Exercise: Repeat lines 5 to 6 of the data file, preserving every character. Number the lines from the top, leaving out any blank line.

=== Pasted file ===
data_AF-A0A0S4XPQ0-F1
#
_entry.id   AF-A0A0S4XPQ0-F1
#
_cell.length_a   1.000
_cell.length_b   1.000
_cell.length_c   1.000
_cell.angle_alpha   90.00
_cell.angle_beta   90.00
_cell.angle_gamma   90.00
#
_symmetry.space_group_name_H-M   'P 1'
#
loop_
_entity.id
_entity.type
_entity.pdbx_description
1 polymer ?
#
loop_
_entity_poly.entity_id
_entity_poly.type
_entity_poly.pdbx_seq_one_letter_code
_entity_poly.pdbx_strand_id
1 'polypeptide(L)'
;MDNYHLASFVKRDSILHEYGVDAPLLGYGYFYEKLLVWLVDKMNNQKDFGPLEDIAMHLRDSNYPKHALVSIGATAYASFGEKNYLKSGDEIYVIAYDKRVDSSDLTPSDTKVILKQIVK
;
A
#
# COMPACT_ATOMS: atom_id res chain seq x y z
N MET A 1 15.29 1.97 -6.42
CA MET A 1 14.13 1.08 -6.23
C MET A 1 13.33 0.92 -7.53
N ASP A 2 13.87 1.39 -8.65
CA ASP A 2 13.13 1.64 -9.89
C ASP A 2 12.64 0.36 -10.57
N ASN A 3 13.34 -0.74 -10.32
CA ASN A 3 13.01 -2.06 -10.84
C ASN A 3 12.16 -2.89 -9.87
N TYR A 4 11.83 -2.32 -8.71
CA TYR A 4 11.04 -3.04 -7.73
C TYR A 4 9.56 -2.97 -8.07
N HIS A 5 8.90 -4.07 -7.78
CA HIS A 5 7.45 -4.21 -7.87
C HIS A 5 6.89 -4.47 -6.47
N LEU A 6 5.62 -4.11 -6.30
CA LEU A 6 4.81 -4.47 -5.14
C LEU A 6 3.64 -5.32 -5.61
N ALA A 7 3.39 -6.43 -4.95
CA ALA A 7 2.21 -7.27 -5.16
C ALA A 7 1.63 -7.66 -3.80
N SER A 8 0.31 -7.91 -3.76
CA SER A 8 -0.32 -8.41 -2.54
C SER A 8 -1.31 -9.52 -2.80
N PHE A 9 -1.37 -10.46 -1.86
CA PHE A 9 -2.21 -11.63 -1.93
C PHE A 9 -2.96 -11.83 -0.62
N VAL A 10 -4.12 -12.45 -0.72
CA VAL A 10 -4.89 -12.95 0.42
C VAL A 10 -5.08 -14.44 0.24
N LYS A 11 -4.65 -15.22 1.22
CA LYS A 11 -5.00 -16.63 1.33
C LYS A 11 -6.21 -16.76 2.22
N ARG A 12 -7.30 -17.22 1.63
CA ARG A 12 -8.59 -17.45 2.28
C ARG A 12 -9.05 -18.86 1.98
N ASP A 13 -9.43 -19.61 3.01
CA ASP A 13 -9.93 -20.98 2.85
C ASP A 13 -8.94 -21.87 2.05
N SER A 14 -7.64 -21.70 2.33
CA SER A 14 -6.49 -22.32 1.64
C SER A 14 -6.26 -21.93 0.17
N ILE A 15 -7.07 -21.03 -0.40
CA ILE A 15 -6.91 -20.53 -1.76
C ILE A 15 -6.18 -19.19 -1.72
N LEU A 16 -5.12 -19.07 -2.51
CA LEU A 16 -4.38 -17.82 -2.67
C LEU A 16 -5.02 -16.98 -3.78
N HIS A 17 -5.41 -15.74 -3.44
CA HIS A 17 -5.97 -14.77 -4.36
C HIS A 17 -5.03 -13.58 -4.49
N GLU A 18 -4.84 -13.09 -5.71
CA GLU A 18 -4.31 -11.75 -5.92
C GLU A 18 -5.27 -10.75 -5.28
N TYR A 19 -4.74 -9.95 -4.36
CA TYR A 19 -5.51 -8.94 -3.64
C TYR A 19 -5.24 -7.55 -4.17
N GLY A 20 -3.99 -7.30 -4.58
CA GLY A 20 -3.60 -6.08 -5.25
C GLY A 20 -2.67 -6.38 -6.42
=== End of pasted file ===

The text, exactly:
_cell.length_a   1.000
_cell.length_b   1.000